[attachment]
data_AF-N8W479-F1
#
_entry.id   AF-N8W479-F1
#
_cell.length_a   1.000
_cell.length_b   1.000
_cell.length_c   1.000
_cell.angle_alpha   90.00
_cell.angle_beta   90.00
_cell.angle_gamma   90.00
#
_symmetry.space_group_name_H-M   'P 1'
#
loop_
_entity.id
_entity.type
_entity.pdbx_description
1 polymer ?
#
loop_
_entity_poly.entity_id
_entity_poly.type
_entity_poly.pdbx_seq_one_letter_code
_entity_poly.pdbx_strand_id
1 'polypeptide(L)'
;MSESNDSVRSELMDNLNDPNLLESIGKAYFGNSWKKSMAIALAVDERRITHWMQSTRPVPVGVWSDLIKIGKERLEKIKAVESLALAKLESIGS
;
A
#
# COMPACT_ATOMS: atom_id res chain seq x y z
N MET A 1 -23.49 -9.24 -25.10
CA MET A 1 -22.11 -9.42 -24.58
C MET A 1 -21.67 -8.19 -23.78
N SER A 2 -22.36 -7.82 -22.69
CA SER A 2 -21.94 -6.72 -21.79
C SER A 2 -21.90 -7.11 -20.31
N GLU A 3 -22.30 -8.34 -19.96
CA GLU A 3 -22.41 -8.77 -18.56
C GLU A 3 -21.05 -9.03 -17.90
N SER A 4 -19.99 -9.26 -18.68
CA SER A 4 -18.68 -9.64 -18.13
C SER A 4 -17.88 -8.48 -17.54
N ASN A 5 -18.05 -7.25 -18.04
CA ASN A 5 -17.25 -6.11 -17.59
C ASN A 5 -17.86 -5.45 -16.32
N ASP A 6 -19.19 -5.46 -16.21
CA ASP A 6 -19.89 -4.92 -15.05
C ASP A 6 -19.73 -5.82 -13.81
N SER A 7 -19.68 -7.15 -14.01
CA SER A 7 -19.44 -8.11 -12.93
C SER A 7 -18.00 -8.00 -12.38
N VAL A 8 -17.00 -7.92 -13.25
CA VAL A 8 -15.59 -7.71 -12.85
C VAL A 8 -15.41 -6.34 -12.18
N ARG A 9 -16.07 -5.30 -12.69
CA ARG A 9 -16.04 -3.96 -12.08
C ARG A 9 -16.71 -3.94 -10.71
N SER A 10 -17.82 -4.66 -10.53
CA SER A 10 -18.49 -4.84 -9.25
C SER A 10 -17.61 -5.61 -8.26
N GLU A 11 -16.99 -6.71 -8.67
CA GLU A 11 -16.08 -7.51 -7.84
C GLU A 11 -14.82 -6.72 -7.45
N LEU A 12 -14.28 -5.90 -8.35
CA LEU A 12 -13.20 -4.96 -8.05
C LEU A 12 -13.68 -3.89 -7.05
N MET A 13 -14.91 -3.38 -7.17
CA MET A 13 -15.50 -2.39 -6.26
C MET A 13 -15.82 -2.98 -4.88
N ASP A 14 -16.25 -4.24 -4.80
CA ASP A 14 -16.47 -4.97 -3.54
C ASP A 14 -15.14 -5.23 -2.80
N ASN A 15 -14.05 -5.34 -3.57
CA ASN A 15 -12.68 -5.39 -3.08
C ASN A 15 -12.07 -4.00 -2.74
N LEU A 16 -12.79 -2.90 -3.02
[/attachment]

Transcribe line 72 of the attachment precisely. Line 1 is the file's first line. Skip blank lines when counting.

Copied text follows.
C ASP A 14 -15.14 -5.23 -2.80